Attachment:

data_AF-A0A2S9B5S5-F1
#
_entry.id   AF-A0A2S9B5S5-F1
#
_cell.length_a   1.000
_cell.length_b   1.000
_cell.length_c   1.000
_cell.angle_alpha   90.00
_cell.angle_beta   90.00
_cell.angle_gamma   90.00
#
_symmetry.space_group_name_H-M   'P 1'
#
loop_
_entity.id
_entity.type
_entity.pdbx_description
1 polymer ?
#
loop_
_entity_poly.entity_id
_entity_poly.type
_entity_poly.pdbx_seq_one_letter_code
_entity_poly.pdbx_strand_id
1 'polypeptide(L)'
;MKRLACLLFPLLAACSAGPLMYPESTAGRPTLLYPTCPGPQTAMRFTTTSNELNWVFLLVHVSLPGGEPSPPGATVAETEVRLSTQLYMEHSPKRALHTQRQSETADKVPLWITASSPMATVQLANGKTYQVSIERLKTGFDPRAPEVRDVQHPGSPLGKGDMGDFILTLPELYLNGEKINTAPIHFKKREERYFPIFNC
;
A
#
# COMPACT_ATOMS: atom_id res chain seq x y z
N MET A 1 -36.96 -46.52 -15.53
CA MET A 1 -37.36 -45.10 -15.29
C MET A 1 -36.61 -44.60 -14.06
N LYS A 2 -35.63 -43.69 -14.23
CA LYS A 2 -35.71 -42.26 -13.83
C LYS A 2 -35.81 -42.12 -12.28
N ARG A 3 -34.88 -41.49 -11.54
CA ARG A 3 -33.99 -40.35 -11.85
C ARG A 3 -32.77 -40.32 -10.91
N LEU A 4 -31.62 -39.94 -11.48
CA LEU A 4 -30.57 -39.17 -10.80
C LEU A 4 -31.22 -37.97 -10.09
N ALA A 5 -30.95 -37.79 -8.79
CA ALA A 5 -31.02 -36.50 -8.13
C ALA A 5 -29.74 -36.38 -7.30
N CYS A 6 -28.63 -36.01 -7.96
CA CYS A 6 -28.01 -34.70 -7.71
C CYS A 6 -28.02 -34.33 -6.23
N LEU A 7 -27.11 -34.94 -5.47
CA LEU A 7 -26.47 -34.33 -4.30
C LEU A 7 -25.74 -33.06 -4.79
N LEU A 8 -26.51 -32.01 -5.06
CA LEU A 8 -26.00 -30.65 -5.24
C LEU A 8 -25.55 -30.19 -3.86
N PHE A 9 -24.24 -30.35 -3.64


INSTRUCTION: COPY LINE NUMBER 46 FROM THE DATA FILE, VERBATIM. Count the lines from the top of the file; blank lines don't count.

N CYS A 6 -28.63 -36.01 -7.96